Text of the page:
Mark McKenna was quoted in the USA Today article Apple gets $290 million in Samsung patent dispute by Scott Martin. "Today's damage award was much larger than Samsung had argued for, but still significantly less than the $400 million vacated by Judge Koh after the first trial," said Mark McKenna, a law professor at the University of Notre Dame.


The Leaky Common Law: An "Offer To Sell" As A Policy Tool In Patent Law And Beyond, Lucas S. Osborn Nov 2013

The Leaky Common Law: An "Offer To Sell" As A Policy Tool In Patent Law And Beyond, Lucas S. Osborn

Lucas S. Osborn

No abstract provided.


Digital Copyright Enforcement Measures And Their Free Speech Harms, Peter Yu Nov 2013

Digital Copyright Enforcement Measures And Their Free Speech Harms, Peter Yu

Peter K. Yu

No abstract provided.


Incentives To Create Under A "Lifetime-Plus-Years" Copyright Duration: Lessons From A Behavioral Economic Analysis For Eldred V. Ashcroft, Avishalom Tor, Dotan Oliar Nov 2013

Incentives To Create Under A "Lifetime-Plus-Years" Copyright Duration: Lessons From A Behavioral Economic Analysis For Eldred V. Ashcroft, Avishalom Tor, Dotan Oliar

Avishalom Tor

In this Article, we highlight for the first time some of the significant but hitherto unrecognized behavioral effects of copyright law on individuals' incentives to create and then examine the implications of our findings for the constitutional analysis of Eldred v. Ashcroft. We show that behavioral biases - namely, individuals' optimistic bias regarding their future longevity and their subadditive judgments in circumstances resembling the extant rule of copyright duration - explain the otherwise puzzling lifetime-plus-years basis for copyright protection given to individual authors, and reveal how this regime provides superior incentives to create. Thus, insofar as the provision of increased incentives to ...


(Dys)Functionality, Mark Mckenna Nov 2013

(Dys)Functionality, Mark Mckenna

Mark P. McKenna

The functionality doctrine serves a unique role in trademark law: unlike virtually every other doctrine, functionality can trump consumer confusion (or so it seems, at least in mechanical-functionality cases). In this sense, functionality may be the only doctrine in trademark law that can truly be considered a defense. But despite its potential power, the functionality doctrine is quite inconsistently applied. This is true of mechanical functionality cases because courts differ over the extent to which the doctrine focuses on competitors’ right to copy unpatented features as opposed to their need to copy. And aesthetic functionality cases are even more scattered ...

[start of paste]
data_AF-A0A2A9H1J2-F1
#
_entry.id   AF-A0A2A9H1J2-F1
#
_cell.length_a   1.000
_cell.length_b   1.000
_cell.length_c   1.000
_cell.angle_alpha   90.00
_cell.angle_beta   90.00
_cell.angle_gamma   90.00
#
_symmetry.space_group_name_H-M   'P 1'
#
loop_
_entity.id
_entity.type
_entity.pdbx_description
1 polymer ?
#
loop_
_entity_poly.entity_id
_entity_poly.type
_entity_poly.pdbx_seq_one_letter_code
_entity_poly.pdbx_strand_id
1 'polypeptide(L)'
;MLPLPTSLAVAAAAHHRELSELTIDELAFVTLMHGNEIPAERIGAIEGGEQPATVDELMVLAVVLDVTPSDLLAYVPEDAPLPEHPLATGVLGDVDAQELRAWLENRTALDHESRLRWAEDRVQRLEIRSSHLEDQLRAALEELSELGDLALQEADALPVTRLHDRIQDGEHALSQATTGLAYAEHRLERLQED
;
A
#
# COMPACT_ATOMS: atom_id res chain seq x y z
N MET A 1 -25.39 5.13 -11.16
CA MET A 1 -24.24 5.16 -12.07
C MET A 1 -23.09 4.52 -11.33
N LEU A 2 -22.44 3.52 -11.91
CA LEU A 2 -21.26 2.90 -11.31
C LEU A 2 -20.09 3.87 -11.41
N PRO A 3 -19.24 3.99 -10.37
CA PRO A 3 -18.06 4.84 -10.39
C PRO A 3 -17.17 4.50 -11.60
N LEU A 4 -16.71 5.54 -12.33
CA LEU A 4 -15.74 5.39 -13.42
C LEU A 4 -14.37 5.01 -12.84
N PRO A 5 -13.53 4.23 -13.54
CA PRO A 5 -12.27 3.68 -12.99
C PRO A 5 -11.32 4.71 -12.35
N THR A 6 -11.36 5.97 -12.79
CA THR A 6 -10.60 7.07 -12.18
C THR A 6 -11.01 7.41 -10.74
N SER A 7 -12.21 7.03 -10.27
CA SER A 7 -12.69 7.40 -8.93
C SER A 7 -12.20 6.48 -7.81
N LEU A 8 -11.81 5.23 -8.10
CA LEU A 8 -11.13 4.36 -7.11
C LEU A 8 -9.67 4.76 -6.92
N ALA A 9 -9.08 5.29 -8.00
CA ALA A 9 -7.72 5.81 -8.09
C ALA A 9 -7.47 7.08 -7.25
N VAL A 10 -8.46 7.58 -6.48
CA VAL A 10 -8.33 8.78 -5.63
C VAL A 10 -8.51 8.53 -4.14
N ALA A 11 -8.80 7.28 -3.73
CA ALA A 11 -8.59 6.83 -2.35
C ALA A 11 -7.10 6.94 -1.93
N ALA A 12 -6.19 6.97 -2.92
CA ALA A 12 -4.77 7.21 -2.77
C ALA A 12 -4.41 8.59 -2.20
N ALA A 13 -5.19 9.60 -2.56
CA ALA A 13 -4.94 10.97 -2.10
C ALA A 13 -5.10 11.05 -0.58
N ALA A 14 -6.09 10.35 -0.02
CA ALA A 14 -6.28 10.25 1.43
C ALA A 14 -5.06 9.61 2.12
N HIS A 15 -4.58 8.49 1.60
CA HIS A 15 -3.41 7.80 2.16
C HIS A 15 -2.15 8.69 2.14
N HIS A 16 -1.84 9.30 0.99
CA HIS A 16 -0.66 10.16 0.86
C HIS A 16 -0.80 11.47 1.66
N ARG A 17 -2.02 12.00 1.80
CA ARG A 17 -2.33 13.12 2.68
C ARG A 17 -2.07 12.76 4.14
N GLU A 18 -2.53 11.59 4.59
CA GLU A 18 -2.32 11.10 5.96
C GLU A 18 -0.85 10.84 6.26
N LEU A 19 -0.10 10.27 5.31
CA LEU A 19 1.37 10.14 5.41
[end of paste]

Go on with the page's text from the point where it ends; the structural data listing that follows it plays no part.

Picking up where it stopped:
Testing Modern Trademark Law's Theory Of Harm, Mark Mckenna Nov 2013

Testing Modern Trademark Law's Theory Of Harm, Mark Mckenna

Mark P. McKenna

Modern scholarship takes a decidedly negative view of trademark law. Commentators rail against doctrinal innovations like dilution and initial interest confusion. They clamor for clearer and broader defenses. And they plead for greater First Amendment scrutiny of various applications of trademark law. But beneath all of this criticism lies overwhelming agreement that consumer confusion is harmful. This easy acceptance of the harmfulness of confusion is a problem because it operates at too high a level of generality, ignoring important differences between types of relationships about which consumers might be confused. Failure to differentiate between these different relationships has enabled trademark ...


An Alternate Approach To Channeling?, Mark P. Mckenna Nov 2013

An Alternate Approach To Channeling?, Mark P. Mckenna

Mark P. McKenna

Intellectual property law has developed a variety of doctrines to police the boundaries between various forms of protection. Courts and scholars alike overwhelmingly conceive of these doctrines in terms of the nature of the objects of protection. The functionality doctrine in trademark law, for example, defines the boundary between trademark and patent law by identifying and refusing trademark protection to features that play a functional role in a product’s performance. Likewise, the useful article doctrine works at the boundary of copyright and patent law to identify elements of an article’s design that are dictated by function and to ...


Teaching Trademark Theory Through The Lens Of Distinctiveness, Mark P. Mckenna Nov 2013

Teaching Trademark Theory Through The Lens Of Distinctiveness, Mark P. Mckenna

Mark P. McKenna